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We Learn from Everyone and Everything (June 6, 2016)

This the second of three posts based on my experience of delivering the 2017 Commencement Address at The Marine Military Academy. As I thought about what I would tell my 17-year-old self I decided to share this story and idea as another lesson:

This takes me to lesson two: You can learn something new from everyone.

The operative words to think about are You, Learn and Everyone. As it turns out, this lesson is one of the most powerful lessons I have ever learned. This is another learning experience I had with [my mentor] Jay Longley.

I’d had a bad day, and I was venting to Jay, who’s office was next to mine, about a particular dimwit I had encountered that day. Jay listened quietly, and then he asked, “Are you done? Do you feel any better?”

“Yes, I’m done. And no, I don’t feel any better,” I told him.

Then he said, “What did you learn from this situation? What did you learn from the way that gentleman acted? How would you approach him now that you have the benefit of hindsight? What would be your plan?”

I want you to take note that he used the word gentleman for someone I had been calling a dimwit, among other things. He took the emotional energy out of the situation and made it something we could analyze for value.

This was a big aha moment for me. I wanted to stay stuck in complain-mode. I wanted to vent and spew and roll around in the dirt talking about the pinhead who ruined my day, but Jay was asking me to be so much bigger than that. He was asking me to reach deep inside myself and bring out the best—to learn and grow and evolve from the situation.

I have carried this lesson with me in life. Throughout the years, I have tried to approach even the most charged situations as teachable moments. When I carry with me this attitude of wanting to learn something, I build and refine my skills and knowledge. I become a richer, more evolved person.

As you go through life, you always get to choose your behavior. You have little control over the way your bosses, your teachers, or your parents talk to you. You have little control over what they do, but you always have a choice about how you behave. And in every interaction, you can reach for your best self, the one that wants to learn and grow. Or you can reach for some mediocre, watered down version of yourself.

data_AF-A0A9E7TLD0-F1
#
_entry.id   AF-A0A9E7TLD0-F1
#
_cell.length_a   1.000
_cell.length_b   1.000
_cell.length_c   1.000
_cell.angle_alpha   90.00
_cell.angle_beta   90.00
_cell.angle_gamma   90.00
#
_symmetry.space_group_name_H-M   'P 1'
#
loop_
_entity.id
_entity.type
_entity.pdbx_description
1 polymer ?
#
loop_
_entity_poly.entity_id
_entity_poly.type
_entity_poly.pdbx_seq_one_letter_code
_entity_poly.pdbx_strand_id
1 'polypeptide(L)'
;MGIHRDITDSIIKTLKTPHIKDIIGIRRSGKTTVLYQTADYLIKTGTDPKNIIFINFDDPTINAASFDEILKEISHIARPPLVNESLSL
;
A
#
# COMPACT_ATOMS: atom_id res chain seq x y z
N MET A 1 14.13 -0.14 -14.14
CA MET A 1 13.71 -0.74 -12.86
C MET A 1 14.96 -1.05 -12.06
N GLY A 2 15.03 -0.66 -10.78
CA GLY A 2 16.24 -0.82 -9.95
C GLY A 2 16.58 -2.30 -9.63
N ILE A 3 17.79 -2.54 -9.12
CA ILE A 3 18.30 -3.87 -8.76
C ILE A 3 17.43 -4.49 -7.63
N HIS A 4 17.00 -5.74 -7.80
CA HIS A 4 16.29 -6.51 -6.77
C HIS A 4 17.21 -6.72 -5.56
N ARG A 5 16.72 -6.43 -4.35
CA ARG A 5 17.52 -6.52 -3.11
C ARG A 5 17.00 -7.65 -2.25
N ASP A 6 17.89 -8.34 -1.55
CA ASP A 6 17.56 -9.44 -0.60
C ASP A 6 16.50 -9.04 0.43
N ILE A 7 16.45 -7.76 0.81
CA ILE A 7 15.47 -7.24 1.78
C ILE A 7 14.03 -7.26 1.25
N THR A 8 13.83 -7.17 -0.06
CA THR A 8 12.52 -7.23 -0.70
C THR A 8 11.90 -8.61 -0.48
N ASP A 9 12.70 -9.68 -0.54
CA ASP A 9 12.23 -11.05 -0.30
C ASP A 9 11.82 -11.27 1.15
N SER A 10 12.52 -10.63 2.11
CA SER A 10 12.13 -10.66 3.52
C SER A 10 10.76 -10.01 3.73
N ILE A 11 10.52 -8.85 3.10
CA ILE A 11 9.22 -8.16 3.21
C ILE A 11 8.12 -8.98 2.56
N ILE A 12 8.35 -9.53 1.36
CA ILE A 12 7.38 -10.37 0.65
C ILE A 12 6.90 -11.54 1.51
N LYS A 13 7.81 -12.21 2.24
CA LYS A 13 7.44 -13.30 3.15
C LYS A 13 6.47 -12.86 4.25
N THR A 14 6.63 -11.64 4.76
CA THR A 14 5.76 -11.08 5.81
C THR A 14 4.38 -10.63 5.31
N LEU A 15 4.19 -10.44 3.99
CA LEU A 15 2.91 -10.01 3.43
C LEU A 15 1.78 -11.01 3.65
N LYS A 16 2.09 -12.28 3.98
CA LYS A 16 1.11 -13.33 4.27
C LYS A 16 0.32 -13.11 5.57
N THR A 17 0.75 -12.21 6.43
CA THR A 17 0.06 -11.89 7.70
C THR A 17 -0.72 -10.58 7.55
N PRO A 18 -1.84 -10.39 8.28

If you reach for the best in yourself, you will always learn something new.

The same can be said of experiences. Life won’t always go your way. When that happens, you have a choice. You can either blame it on someone or something else, or you can reach for the best of yourself, and ask yourself how you can become wiser through this experience. It’s why the best professionals pore over past events to learn. Athletes, in particular, study film, especially of their losses, to gain insight into how to grow and improve themselves.

At the close of the day or at the close of the week, or the close of the year, make it a point to reflect on whether you are doing this. Culturally, we are so focused on goals and outcomes. As cadets, you have certainly been pushed to set these goals. But just as important as goals is the importance of taking stock of how far you have come, what you have learned from your past experiences, and how you can grow from them. The horizon is always in front of us but the rearview mirror is what actually shows us where we have been and what mile markers we have passed.

I do this almost every Friday. I review my calendar and notebook and think about all the events and interactions of the past week. Inevitably I gain insights that will help me in the upcoming weeks. I also do this for a full day every three to four months. It is a way for me to mine my experiences for valuable nuggets.

Think back to your very first day at the Marine Military Academy. Who you were then is not who you are today. You are a better version of yourself. What have you learned from MMA? Pinpoint and articulate the answer to that question because it gives you important information about yourself and your strengths. Think about all you have accomplished during your MMA years. The leadership skills you have developed through experiences. The personal discipline that has been an important part of your daily life. As you move through life, decide to live a life that includes intentional times of reflection so that you can identify and benefit from the ways you have grown, and be in a better position to live a richer life.

Stay tuned for Part Three: Your Personal Code of Conduct.

The video of my talk can be found here. My talk begins about 16 minutes in. 

Thank you for reading,



We Learn from Everyone and Everything (June 6, 2016)